From Ho Chi Minh City I booked a bus to Phnom Penh, the capital of Cambodia. After about 3 hours you get to the border crossing where you hand your passports to the guy in the bus and basically just walk through the Vietnam exit counter the Cambodian entry gate. We didn’t talk to a single person at customs, just walked through, no questions asked. I’m pretty sure that was the easiest border crossing I’ve ever had! We paid $30 for our tourist visa, which I thought was only supposed to be $25, so it wouldn’t surprise me if that extra $5 was a bribe for speedy service. Or the people on the Cambodian side don't care at all and turbo stamp every passport, that would make sense too!
After you cross the border into Cambodia you begin to realize that everything looks just slightly worse than in Vietnam. The roads, the quality of the buildings, and the cars and motorcycles people are driving. Plus it was late in the afternoon so there were tons of pickup trucks filled with Cambodian laborers taking them home from wherever they were working during the day. I believe the average daily rate for someone working out in the countryside is $1/day. It’s an extremely poor country. If you’re going to get culture shock anywhere in SE Asia, Cambodia is probably the most likely place.
We arrived in Phnom Penh at around 8pm, and the bus dropped us off at the side of the road, about a mile away from the touristy area. If this was my first time in Phnom Penh I might be getting nervous, as it’s usually not fun getting dropped at some random place at night in some run down, 3rd world city. But Phnom Penh doesn’t scare me. There were tuk-tuks and motorbike guys waiting around so I hopped on a motorbike and we were off.
So I made it to the backpacker street and found some hostel to stay the night at a whopping price of $4/night. The room was like a jail cell and the bathroom had a resident cockroach. Good thing I was only staying one here one night. If you get cheap accomodations in phnom penh you get what you pay for!
After dropping off my stuff I just wanted to wander around for a little bit, reacquainting myself with the city that I had first visited six years prior. I walked down the riverfront where drink ladies were hawking beer and soft drinks and little kids were playing some sort of game involving only their sandals. I strolled past the happy pizza places and ignored about a dozen offers to buy weed. After a bit I turned down one of the main bar streets, where dozens of girls sit outside their respective bar and beckon you to come in. I declined, but I couldn’t resist the offer of chicken shawarma for $1 from the streetside food cart. So yeah, Phnom Penh is definitely the dingy, seedy place that I remember it for! But the roads were better, there were more western style restaurants and coffeeshops, and it looked as if new buildings were coming up everywhere. Some would say it’s on the up and up!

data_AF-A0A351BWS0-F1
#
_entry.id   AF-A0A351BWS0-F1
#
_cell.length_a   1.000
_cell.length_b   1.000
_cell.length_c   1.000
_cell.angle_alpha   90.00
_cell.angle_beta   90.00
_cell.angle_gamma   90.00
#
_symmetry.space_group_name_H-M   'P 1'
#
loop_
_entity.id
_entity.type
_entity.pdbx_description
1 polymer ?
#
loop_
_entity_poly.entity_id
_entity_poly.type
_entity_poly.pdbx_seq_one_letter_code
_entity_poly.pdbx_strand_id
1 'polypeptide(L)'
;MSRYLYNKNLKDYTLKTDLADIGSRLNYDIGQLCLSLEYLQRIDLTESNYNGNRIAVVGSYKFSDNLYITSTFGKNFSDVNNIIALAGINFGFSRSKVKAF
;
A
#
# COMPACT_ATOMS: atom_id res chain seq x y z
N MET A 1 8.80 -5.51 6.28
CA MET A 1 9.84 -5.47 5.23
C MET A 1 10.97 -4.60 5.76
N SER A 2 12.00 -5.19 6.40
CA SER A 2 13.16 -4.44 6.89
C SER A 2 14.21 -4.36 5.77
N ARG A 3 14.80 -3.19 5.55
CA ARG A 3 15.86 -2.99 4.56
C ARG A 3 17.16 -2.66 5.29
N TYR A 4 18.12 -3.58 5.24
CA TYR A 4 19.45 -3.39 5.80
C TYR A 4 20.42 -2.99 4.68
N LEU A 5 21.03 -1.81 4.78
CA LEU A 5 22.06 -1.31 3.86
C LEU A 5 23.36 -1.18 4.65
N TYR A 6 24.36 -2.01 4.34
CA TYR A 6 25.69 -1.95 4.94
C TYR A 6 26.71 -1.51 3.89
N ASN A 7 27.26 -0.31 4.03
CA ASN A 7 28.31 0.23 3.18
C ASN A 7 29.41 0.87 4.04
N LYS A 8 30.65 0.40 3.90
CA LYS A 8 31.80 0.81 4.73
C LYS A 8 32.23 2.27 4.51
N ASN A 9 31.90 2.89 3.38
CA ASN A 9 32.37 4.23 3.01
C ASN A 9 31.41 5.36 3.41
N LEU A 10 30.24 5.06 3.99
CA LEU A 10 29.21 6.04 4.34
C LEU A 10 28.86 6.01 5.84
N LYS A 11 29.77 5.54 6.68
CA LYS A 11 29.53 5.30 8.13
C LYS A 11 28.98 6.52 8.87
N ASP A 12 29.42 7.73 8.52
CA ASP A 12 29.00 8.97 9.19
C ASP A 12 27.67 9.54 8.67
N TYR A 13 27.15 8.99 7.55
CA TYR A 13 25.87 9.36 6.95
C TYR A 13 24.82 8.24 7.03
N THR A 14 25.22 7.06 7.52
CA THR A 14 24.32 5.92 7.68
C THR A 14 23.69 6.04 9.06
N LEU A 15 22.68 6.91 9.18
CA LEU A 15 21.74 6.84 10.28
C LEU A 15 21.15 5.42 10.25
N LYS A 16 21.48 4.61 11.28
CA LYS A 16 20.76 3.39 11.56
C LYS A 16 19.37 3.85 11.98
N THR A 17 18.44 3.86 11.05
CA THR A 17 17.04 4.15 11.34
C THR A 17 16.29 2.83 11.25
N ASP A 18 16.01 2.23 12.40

Now normally I don’t like staying in big cities when I’m traveling, but my goal in Phnom Penh was to make some money playing poker. Surprisingly the city has one of the better poker scenes (if not the best) in Asia. The two main venues are Nagaworld, which is the casino, and a poker room hosted inside a hotel, called RiverKing. If you’re a new player to RiverKing they let you stay at the hotel for free the first few days and then charge $10/day after that, so that’s where I ended up. The poker room is nice, they give you free food and drinks, and it’s a pretty close-knit community. Most of the friends I’ve met in Cambodia play at this poker room. The only downside was the games weren’t as juicy as I was expecting. But the games at Nagaworld were better than I was expecting and they routinely have rich Chinese and Indian tourists/businessmen drop good amounts of cash at the poker tables. So that’s where I usually play.
So far things have been pretty good. My only main gripes are the garbage everywhere, the occasional awful smells that want to make you puke in your mouth, the overwhelming humidity, and the tuk-tuk drivers. These guys are incredibly annoying. You can’t walk down the street without every tuk-tuk trying to get your attention even if you make it extremely clear you don’t want a god damn tuk tuk! They will say “hey man, tuk tuk?!” while you’re already inside a freakin tuk tuk! If you try and ignore them, they only ask louder and more aggressively when you walk by. And then once you walk past them they’ll whisper ‘hey, you need weed, marijuana, lady?’ as a last ditch effort. Agh, I can’t stand these guys. I saw a grumpy looking old man walking down the street the other day with a shirt that said “NO TUK TUK TODAY” in bold print and I cracked up. Perfect shirt.
But besides all that, I’m still enjoying the city. Everything is so close together. Basically anywhere I’d want to go is in a two mile radius. And the food scene is surprisingly decent. There are lots of expats in Phnom Penh so you can find pretty good American style burgers/wings/pizza. But then you can also find, Mexican, French, Italian, German, Turkish, Lebanese, Israeli, Thai, Vietnamese, Chinese, really anything! I don’t eat Khmer food as much as I thought because there’s just so much variety here. Along with the food I like the chaotic city life, the temples, the grand palace, the markets, the monks walking around, the women carrying stuff on their heads, the cheap beer, cheap massages, walks along the riverside, seeing movies in the small cinema, the pool at the nearby hostel, and it goes on an on! There’s plenty of things to keep me entertained here in Phnom Penh!